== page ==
With its plethora of palaces, altars, shrines, and soaring temples, Tikal may be the premier Maya site. For over 1,100 years, the Maya built here, expanding the site until it covered an area of 25 square miles. In its heyday, the city may have had 100,000 residents, and it was ruled by a single dynasty of over 39 successive rulers. The heart of the site is the Great Plaza, which is surrounded by the Central Acropolis, the North Acropolis, and Temples I and II. In the North Acropolis alone, 100 buildings lie piled atop one another. Temple I is 145 feet tall, but it is dwarfed by Temple IV. At 212 feet, Temple IV, built around A.D. 741, is the tallest pre-Columbian structure in the Western Hemisphere.
Champey is located 11km to the south of Lanquín, in a valley with steep walls, surrounded by tropical humid forest. There is a 300m long limestone bridge, on top of which there are several natural pools of different sizes, filled with crystalline mountain spring water. The pools are 3-14 ft. deep. Underneath the bridge is the Cahabón River. At the end of the bridge, the water from the pools falls rejoining the river, forming a 40ft waterfall. The color of the water changes during the year depending on the season, sun and other natural factors, making for unique picture-taking opportunities. It is a beautiful place, often called idyllic.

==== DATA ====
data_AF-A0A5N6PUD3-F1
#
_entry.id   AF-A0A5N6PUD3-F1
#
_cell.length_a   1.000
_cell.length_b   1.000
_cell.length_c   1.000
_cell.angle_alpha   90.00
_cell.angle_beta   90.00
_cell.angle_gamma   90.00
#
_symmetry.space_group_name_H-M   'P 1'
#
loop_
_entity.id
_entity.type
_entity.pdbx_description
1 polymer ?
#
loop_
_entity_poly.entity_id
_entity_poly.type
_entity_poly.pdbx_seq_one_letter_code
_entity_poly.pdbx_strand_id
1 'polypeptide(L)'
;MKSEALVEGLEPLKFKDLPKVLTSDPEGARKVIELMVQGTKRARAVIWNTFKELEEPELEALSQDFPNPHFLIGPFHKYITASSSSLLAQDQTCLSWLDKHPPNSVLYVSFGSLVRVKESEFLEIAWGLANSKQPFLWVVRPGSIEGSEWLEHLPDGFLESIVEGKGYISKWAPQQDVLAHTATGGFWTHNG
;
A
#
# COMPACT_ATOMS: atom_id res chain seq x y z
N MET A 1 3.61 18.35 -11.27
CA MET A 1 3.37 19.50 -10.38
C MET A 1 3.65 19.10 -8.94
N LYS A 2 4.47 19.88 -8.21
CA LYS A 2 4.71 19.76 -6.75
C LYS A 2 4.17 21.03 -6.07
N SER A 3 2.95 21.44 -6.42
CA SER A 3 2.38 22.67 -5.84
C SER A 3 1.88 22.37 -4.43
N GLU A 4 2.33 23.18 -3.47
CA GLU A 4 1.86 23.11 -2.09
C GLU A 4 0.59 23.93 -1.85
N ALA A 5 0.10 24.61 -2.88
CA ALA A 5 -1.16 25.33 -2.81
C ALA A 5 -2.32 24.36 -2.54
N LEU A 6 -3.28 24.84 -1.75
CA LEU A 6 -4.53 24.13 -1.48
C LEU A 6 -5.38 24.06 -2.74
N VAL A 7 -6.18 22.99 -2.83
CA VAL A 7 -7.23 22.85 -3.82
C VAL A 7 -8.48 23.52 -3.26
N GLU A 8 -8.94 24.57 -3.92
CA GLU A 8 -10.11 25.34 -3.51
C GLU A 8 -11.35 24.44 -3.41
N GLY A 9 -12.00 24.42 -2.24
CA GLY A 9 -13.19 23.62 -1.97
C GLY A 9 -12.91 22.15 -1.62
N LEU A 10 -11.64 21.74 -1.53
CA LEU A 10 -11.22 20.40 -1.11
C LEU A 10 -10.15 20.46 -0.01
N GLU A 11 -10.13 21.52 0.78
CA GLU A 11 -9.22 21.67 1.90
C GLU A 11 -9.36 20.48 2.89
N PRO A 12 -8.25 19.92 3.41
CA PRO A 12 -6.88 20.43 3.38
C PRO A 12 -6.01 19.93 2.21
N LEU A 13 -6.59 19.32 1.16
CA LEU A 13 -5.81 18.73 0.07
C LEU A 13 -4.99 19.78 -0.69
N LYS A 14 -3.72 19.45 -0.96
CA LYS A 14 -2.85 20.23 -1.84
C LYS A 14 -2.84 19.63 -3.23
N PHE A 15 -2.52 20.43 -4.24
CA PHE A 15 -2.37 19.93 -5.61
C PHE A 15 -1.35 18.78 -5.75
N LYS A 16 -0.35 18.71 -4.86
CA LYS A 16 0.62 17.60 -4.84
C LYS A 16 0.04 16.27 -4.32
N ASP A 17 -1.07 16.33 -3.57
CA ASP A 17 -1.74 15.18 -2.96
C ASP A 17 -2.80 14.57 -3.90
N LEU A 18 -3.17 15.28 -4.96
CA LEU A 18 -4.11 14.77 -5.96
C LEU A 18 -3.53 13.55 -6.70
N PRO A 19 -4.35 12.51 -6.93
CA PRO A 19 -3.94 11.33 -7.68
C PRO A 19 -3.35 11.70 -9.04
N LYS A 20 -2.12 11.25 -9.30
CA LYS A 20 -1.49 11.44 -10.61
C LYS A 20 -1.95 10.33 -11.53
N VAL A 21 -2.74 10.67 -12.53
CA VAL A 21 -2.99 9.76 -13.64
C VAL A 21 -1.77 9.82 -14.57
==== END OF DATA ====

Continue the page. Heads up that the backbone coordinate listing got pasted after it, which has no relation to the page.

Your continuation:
Copan is located in northern Honduras. The first descriptions of Copan appeared in a letter to King Philip II of Spain dated March 8, 1576. Home to the longest text in Precolumbian America, the stairway provides a history of Copan written in stone. More than 2,200 blocks rise from steps that recorded the history of the 16th ruler Yax K’uk Mo’. Carved out of greenish andesite makes this even more fascinating. Alter Q shows Yax K’uk Mo’ transferring power to the final ruler of Copan, Yax Pac.
During Holly Week, Antigua Guatemala hosts the most beautiful religious celebration in the America, when huge processions wind...